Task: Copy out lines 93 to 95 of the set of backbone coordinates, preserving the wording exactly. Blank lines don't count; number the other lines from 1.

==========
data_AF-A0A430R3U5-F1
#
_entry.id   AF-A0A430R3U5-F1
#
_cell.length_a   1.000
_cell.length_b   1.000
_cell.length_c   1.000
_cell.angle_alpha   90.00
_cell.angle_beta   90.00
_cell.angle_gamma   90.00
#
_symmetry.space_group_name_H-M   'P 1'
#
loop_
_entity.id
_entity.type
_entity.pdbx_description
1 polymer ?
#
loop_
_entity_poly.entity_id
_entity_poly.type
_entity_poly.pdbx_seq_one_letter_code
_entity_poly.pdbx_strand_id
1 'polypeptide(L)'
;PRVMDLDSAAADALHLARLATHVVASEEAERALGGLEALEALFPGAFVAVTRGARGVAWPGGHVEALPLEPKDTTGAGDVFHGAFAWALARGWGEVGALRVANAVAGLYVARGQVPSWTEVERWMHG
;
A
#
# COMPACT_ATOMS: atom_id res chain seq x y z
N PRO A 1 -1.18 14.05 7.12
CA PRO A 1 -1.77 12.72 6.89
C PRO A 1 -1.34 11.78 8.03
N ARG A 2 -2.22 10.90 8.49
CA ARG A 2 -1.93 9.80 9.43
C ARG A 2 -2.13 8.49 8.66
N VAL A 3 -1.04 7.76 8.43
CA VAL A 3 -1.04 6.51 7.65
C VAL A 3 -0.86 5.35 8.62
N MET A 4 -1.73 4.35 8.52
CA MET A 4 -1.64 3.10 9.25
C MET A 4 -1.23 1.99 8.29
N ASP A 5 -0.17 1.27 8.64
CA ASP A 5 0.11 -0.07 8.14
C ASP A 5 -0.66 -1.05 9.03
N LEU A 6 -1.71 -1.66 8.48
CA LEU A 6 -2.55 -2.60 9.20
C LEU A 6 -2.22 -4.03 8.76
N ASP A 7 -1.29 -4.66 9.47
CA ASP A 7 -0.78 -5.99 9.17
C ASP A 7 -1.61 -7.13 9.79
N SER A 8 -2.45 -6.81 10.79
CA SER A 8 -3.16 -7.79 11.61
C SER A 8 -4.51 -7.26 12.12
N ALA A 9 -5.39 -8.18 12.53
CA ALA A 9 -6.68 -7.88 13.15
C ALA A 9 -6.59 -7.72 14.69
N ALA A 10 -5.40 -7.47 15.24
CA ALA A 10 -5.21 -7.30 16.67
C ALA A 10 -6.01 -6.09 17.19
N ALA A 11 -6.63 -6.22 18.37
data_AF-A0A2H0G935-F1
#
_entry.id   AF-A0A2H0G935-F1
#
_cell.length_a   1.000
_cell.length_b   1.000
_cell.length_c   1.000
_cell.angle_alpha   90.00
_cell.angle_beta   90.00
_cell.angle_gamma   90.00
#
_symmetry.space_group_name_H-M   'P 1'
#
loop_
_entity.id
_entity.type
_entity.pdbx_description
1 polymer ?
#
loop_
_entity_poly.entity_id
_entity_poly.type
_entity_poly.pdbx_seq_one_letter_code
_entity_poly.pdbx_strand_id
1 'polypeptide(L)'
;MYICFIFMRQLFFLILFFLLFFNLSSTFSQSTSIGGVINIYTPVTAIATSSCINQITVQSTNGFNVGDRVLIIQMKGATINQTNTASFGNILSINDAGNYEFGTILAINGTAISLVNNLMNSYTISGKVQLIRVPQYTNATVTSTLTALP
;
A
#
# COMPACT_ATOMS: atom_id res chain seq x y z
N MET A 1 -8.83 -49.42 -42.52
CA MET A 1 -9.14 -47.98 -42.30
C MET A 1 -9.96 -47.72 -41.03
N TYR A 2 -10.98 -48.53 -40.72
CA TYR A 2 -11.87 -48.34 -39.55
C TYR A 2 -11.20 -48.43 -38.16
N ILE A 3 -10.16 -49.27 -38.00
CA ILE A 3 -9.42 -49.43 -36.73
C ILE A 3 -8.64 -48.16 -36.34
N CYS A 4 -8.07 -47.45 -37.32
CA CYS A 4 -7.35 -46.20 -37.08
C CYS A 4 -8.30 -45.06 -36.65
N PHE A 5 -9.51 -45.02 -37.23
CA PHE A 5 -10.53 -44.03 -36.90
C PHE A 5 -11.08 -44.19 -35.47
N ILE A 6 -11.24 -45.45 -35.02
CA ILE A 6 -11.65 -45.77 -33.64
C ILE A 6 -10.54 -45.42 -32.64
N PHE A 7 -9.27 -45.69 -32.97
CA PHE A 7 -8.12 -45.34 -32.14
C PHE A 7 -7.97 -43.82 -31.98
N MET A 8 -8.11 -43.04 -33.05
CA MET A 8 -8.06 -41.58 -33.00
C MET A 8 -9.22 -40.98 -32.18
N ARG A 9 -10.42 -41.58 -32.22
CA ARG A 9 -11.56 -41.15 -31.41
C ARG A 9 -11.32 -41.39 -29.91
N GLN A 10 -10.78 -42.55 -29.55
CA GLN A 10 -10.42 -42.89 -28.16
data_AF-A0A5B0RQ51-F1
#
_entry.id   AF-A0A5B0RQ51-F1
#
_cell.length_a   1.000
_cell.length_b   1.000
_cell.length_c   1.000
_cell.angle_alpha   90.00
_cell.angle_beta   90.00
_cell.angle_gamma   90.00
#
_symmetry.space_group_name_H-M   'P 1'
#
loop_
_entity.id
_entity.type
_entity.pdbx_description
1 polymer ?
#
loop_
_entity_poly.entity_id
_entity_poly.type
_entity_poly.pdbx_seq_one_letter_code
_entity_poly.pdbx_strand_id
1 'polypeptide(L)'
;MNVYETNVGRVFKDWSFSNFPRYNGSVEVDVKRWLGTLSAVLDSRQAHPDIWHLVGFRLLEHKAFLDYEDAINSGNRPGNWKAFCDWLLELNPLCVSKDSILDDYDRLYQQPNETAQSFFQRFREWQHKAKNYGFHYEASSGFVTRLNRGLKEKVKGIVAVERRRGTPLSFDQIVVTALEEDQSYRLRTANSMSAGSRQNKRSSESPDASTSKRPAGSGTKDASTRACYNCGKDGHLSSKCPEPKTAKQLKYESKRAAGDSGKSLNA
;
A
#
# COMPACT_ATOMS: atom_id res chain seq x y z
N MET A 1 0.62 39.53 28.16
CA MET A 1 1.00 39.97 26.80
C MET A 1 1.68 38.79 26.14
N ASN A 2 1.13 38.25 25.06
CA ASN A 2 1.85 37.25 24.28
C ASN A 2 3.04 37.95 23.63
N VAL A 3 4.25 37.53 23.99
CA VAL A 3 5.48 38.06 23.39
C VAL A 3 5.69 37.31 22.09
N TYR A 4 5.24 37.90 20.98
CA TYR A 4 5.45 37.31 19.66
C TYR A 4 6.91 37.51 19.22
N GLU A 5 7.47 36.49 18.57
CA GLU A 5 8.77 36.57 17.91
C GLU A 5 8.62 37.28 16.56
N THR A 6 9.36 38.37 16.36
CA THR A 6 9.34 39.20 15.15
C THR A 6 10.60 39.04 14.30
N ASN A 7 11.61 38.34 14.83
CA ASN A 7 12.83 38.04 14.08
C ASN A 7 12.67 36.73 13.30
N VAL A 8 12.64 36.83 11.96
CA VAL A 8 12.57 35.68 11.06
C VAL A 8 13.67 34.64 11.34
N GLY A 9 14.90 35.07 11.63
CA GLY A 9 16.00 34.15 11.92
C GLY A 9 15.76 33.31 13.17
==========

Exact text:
CA MET A 1 -9.14 -47.98 -42.30
C MET A 1 -9.96 -47.72 -41.03
N TYR A 2 -10.98 -48.53 -40.72